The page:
Severity of norovirus linked to gut microbes, UF Health researchers find
For cruise ship passengers, the highly contagious norovirus has ruined many a trip with vomiting and diarrhea. Now, a study led by a University of Florida Health researcher has found that the severity of a norovirus infection is related to gut microbes and the virus’s location within the intestine.
The findings are a potential avenue toward future therapies for the now-untreatable norovirus. There are 685 million cases a year worldwide including 50,000 fatalities and 200 million in children under age 5, according to the Centers for Disease Control and Prevention. The findings by Stephanie Karst, Ph.D., a professor in the UF College of Medicine’s department of molecular genetics and microbiology, and her collaborators were published Nov. 25 in the journal Nature Microbiology.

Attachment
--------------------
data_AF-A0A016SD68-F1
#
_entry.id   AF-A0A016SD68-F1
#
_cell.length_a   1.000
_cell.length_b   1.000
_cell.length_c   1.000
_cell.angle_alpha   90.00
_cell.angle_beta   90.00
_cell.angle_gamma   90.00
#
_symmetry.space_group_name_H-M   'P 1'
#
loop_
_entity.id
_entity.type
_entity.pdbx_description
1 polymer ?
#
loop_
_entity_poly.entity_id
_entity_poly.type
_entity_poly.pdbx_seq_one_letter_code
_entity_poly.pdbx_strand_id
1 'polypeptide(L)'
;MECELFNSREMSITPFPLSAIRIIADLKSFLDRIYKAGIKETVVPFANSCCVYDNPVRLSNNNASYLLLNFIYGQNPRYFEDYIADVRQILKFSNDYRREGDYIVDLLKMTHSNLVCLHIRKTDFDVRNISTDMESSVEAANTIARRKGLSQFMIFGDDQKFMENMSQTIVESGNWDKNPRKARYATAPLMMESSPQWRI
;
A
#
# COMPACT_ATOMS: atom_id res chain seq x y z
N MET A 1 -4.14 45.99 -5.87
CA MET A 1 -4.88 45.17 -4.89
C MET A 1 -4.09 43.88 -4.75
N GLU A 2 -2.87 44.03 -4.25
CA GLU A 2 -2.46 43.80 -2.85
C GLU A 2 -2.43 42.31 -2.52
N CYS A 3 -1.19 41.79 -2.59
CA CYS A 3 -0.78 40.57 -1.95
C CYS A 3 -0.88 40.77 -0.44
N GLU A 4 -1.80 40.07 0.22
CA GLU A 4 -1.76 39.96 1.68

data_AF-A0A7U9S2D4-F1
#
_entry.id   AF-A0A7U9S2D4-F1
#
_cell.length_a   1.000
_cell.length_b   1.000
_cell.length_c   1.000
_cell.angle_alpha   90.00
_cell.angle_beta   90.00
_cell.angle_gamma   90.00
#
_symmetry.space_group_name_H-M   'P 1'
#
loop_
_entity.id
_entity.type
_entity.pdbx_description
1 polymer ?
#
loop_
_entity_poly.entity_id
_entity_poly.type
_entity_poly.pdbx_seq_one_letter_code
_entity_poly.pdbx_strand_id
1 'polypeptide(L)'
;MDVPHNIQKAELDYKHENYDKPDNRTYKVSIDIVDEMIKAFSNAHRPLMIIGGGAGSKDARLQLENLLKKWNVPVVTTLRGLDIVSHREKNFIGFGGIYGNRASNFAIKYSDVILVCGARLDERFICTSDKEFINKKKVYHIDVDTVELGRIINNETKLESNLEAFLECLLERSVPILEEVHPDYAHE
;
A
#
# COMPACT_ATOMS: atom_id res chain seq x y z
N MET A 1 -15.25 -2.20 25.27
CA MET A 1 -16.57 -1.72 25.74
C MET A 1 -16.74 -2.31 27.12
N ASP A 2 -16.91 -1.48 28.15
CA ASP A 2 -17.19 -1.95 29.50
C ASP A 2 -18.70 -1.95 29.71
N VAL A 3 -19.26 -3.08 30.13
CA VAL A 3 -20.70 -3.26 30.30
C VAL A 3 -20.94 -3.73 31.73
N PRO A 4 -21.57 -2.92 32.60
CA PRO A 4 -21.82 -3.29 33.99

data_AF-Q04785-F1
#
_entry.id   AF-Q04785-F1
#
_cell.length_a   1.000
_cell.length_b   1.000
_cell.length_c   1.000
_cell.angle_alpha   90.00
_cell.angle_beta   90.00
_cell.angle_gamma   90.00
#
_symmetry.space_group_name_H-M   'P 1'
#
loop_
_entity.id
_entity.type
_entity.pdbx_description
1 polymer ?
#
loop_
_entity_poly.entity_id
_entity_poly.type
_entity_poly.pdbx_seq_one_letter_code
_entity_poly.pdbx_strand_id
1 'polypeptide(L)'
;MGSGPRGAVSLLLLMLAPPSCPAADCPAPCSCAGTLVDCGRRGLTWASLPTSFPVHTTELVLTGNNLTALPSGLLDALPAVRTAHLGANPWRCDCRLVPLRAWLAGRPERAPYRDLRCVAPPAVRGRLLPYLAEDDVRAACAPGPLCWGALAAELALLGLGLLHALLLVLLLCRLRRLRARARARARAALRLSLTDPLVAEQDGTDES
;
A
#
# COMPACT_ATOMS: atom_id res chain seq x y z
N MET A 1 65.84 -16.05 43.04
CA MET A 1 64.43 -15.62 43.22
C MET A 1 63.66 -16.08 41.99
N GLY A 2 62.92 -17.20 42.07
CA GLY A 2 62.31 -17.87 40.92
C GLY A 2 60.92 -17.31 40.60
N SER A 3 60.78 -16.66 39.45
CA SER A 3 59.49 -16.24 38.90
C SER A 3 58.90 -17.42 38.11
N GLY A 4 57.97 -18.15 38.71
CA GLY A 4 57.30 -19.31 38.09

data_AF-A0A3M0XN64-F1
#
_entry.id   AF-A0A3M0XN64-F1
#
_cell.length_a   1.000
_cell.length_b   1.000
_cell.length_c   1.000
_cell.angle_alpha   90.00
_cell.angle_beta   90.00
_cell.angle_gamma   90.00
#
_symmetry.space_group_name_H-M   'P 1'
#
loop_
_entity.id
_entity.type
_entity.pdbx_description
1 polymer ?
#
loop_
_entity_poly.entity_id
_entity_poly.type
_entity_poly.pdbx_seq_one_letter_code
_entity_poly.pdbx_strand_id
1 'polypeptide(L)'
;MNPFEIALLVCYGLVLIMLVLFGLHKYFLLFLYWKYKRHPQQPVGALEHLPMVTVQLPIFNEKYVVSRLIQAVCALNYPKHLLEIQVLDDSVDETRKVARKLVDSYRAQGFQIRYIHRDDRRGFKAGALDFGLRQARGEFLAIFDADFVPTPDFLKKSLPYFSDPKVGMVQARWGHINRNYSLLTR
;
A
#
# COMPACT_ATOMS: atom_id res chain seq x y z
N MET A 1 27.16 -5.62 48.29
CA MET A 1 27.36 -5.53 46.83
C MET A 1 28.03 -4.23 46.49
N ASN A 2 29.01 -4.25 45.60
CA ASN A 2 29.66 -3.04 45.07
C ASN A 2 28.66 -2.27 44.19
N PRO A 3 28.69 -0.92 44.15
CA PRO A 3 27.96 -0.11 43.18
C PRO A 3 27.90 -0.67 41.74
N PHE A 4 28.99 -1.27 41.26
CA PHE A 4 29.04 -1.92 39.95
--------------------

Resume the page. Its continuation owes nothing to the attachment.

In studies using mice, the researchers found that gut bacteria in the upper small intestine blocked or inhibited the norovirus. In the lower small intestine, however, gut bacteria helped the virus flourish. The differences in norovirus potency were traced to digestive aids known as bile acids. As the composition of bile acids change throughout the intestine, they influence the severity of the norovirus infection, the researchers noted.
This complex interaction may explain why some people are severely affected by the norovirus while others show little or no symptoms. Next, Karst said, the researchers want to study how the gut environment might be altered to prevent norovirus altogether.
Collaborators included researchers at the University of Michigan, Yale University School of Medicine and the Washington University School of Medicine in St. Louis. The National Institutes of Health, the Global Probiotics Council, the University of Michigan and the Burroughs Wellcome Fund provided research funding.
For the full research findings, visit https://www.nature.com/articles/s41564-019-0602-7.